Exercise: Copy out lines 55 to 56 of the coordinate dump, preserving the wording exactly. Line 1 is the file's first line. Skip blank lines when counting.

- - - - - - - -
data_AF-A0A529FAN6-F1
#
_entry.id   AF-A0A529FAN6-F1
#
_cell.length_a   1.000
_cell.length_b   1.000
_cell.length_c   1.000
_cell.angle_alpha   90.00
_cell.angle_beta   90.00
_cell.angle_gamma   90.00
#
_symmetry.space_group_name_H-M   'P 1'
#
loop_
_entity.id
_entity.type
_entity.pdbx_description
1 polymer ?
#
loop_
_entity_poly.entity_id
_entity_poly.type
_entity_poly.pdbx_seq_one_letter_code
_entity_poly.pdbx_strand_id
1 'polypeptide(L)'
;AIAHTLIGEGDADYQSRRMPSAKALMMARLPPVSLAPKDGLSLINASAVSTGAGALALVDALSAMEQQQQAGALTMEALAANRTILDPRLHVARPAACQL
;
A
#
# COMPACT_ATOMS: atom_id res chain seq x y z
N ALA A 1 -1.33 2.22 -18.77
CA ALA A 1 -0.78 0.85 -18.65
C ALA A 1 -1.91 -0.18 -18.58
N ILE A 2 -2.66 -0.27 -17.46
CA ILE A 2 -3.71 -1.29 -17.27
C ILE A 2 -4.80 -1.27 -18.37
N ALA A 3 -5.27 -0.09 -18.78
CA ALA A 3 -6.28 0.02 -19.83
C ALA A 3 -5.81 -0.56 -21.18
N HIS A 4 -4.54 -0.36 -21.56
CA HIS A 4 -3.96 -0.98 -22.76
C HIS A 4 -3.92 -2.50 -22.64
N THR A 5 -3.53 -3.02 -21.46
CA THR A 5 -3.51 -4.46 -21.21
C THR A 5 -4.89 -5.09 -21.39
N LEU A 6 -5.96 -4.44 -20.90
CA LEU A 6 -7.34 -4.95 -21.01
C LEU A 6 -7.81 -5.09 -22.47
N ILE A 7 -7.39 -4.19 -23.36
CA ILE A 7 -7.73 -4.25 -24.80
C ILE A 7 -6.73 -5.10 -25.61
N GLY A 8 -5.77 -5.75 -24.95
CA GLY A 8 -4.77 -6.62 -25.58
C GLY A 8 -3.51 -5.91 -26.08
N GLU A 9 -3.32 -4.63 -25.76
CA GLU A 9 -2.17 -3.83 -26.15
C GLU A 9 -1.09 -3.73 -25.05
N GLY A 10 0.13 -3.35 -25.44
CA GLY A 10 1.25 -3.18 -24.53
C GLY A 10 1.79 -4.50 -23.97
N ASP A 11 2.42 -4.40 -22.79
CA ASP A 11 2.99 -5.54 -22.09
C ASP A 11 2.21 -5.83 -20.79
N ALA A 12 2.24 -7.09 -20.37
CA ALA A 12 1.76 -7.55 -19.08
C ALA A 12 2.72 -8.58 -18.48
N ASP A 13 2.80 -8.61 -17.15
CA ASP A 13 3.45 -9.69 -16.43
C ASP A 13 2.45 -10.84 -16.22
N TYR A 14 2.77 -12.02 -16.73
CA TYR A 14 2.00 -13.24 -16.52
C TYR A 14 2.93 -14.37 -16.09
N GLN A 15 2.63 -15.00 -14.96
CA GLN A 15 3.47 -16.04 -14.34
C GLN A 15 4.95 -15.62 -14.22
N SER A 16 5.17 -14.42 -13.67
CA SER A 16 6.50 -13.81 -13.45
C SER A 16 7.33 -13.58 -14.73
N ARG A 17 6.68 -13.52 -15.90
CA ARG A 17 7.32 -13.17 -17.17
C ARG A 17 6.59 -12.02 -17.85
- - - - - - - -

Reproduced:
N GLU A 9 -3.32 -4.63 -25.76
CA GLU A 9 -2.17 -3.83 -26.15